COBRA1 is a co-factor of BRCA1 that was identified to be the β-subunit of the NELF complex (Negative elongation factor) which stalls RNA polymerase II and prevents elongation of the message. The reported levels of expression of COBRA1 (NELF-B) in different types of cancers varied; COBRA1 is down-regulated in breast cancer, whereas in the upper gastrointestinal carcinomas it is up-regulated. The exact role of COBRA1 being a tumor suppressor gene or an oncogene remains unclear. To date, the levels of expression of COBRA1 in Hepatocellular Carcinomas (HCCs) are not yet tested. In an attempt to understand part of the complicated molecular events involved in the development of HCC, we collected 16 primary HCC tissues and their corresponding non-neoplastic specimens from patients undergoing either liver resection or liver transplantation. Samples were divided into two categories; those which undergone treatment prior to surgical procedure, TACE (Transarterial Chemoembolization) or radiofrequency ablation, and others that were not treated. All samples were examined at the RNA and protein levels using RT-PCR and western blotting respectively. All the results were quantified and normalized to the endogenous housekeeping gene using ImageJ software. The levels of expression were calculated relative to the expression of the corresponding non-neoplastic tissue. COBRA1 expression was tested and correlated to other molecules that were reported to be deregulated in HCC and were thought to be linked to COBRA1. These molecules were NANOG which is a marker for cell stemness; β-CATENIN a key player in the Wnt signaling pathway. We found that the transcript levels of COBRA1 were elevated in the entire cohort of the untreated cancer specimens when compared to the corresponding non-neoplastic tissues. The protein level of COBRA1 on the other hand, was elevated in only 6 untreated HCC specimens. The protein expressed by the NANOG and β-CATENIN was found to be up-regulated simultaneously with the COBRA1 in four samples. Unlike the untreated samples, treated cancer specimens displayed a decreased expression of COBRA1, NANOG and β-CATENIN. Our results propose COBRA1 as a novel oncogene in HCCs that may be used as a prognostic marker.


Biotechnology Program

Degree Name

MS in Biotechnology

Graduation Date

Fall 1-10-2013

Submission Date


First Advisor

Amleh, Asma

Committee Member 1

Zada, Suher

Committee Member 2

Moustafa, Mona


72 p.

Document Type

Master's Thesis

Library of Congress Subject Heading 1

Liver -- Cancer -- Egypt.


The author retains all rights with regard to copyright. The author certifies that written permission from the owner(s) of third-party copyrighted matter included in the thesis, dissertation, paper, or record of study has been obtained. The author further certifies that IRB approval has been obtained for this thesis, or that IRB approval is not necessary for this thesis. Insofar as this thesis, dissertation, paper, or record of study is an educational record as defined in the Family Educational Rights and Privacy Act (FERPA) (20 USC 1232g), the author has granted consent to disclosure of it to anyone who requests a copy. The author has granted the American University in Cairo or its agents a non-exclusive license to archive this thesis, dissertation, paper, or record of study, and to make it accessible, in whole or in part, in all forms of media, now or hereafter known.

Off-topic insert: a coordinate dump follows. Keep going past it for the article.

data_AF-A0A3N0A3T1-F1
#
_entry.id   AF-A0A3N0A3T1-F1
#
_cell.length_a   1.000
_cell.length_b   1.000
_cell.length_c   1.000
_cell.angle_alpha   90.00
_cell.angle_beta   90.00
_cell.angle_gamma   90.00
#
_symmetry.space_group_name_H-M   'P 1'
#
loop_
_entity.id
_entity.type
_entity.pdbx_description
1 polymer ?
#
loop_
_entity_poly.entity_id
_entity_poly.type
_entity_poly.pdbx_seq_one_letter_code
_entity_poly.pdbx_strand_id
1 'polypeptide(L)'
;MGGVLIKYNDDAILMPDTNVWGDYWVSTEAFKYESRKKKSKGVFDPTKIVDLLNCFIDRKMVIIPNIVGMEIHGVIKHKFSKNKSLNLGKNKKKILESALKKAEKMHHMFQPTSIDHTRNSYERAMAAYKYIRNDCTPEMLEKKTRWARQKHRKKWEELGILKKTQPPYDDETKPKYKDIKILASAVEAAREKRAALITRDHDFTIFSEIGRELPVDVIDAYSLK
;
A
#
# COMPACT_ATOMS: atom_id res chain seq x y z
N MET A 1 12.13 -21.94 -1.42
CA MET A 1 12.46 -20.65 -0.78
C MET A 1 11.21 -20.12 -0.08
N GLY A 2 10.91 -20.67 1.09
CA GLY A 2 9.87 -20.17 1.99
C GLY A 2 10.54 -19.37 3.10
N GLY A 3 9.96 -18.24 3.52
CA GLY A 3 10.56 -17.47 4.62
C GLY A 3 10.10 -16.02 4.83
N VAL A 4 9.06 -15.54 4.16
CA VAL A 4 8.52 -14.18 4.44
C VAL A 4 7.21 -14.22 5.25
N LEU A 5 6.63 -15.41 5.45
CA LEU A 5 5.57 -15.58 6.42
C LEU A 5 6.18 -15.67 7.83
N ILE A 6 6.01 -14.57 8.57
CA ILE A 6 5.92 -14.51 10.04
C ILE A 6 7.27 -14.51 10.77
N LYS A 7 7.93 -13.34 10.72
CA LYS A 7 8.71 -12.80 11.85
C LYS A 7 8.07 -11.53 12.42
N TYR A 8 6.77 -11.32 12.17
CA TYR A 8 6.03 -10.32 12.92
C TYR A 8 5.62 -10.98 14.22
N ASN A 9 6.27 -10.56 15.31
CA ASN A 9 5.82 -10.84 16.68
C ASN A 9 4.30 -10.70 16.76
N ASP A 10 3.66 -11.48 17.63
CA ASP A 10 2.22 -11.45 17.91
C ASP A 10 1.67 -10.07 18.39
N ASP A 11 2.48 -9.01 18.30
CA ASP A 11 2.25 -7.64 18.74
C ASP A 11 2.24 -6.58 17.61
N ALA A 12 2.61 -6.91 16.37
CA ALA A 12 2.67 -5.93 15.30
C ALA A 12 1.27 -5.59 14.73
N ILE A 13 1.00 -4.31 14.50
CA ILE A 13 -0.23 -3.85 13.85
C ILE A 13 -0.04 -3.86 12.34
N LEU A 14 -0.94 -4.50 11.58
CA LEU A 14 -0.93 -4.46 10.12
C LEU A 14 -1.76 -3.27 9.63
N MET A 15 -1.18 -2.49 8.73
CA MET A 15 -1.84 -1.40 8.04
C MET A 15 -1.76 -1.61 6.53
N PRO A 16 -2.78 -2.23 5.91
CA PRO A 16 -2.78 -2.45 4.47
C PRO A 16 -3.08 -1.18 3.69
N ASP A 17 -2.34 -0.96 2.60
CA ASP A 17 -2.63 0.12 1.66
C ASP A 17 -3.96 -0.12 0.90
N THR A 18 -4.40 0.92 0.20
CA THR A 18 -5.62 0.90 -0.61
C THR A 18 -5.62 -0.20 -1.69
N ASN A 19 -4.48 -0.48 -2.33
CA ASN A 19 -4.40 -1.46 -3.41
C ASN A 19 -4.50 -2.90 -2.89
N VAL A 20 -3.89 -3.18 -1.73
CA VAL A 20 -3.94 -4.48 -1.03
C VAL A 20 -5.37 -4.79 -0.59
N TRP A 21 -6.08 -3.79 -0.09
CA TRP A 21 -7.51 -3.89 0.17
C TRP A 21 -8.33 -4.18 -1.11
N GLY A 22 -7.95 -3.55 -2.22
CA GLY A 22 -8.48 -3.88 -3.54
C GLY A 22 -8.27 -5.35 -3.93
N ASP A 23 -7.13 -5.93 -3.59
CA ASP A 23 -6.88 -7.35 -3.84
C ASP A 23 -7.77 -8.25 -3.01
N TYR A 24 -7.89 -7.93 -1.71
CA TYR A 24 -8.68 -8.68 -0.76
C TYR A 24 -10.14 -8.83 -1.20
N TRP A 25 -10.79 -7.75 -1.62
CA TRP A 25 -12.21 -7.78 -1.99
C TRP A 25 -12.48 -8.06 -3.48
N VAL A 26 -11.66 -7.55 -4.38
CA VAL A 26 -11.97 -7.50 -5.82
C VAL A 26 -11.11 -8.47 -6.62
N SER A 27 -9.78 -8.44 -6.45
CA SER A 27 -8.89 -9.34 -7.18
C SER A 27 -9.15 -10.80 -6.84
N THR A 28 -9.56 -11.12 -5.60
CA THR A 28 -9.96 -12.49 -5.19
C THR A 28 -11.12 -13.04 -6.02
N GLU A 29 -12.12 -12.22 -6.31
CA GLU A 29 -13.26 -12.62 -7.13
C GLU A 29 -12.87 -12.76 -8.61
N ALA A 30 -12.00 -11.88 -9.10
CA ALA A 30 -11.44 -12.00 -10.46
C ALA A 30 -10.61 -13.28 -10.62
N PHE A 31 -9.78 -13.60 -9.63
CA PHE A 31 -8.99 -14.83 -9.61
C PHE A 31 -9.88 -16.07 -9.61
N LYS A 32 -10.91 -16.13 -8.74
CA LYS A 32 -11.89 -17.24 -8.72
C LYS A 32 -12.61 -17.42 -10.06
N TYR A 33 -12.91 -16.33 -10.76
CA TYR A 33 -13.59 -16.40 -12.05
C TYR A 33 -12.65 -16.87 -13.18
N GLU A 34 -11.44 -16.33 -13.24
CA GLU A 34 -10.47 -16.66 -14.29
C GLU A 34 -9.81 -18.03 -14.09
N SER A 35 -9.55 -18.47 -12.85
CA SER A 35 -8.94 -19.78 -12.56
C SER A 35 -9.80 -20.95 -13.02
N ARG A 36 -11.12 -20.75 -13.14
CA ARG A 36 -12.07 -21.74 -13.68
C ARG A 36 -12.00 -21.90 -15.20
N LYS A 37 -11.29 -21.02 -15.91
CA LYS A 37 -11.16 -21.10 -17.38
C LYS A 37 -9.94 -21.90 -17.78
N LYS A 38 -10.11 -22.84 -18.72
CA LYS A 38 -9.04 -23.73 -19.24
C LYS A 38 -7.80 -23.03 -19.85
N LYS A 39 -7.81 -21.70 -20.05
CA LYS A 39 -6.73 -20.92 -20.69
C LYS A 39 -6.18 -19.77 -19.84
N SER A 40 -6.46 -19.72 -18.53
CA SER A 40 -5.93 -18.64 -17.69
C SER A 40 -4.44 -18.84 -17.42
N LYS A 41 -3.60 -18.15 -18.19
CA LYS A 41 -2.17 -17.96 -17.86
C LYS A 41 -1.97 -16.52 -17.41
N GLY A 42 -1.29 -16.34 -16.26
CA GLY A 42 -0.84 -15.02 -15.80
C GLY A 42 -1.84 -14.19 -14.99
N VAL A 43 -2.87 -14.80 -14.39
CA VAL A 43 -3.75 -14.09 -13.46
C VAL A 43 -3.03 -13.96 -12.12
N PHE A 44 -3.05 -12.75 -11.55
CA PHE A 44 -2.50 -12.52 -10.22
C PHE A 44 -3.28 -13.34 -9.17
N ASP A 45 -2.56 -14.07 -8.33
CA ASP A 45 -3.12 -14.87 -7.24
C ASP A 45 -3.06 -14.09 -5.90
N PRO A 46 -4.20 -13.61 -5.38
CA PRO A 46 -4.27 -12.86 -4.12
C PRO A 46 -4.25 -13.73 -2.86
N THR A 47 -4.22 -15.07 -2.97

Institutional Review Board (IRB) Approval

Approval has been obtained for this item


AUC for funding, Al-Alfi foundation for sponsoring my studies. Dr. Asma Amleh for her continuous guidance, help, and support and for her time and effort throughout the whole thesis. My extended regards and appreciation to Dr. Mahmoud el Meteini for providing the samples, bearing my presence in the O.R and his willingness to explain things during the operation. I would like to sincerely thank all his surgical team especially Dr. Mohammed Radi, Dr. Hany Saeed, Dr. Mohammed Bahaa, and Dr. Mostafa Shereif for their extreme help in providing the operations' schedule, the patients' data and explaining patients' conditions when possible. This work would have never been done without your help. I am extremely thanking Dr. Mohamed Fathy for providing one of the examined samples, Dr. Alaa Fayez for getting me in contact with Dr. el Meteini. I deeply recognize Mona Allouba for working on the project and her help with the results as well as Alaa Ahmed for her work on the project. I would also like to thank all our research team for brain storming, trouble shooting, new ideas and encouragements; I learnt a lot because of you. The biotechnology program directors Dr. Rania Siam and Dr. Ahmed Mostafa. My Appreciation to Alyaa Mahmoud for helping with the data analysis. Eman Rabie and Aya Youssef for critically reviewing the manuscript. My deep greetings and acknowledgments to my dear friends, colleagues and company who made the 3 years of the masters a very good experience to live; Mai Yosry, Laila Ziko, Nourhan Mofeed, Nahla Hussien and all my class and lab mates. Words are never enough to thank you. Finally, my life time company Nada Rashad and Dina Osama for helping in reviewing the manuscript and for the emotional support.

Available for download on Tuesday, February 02, 9999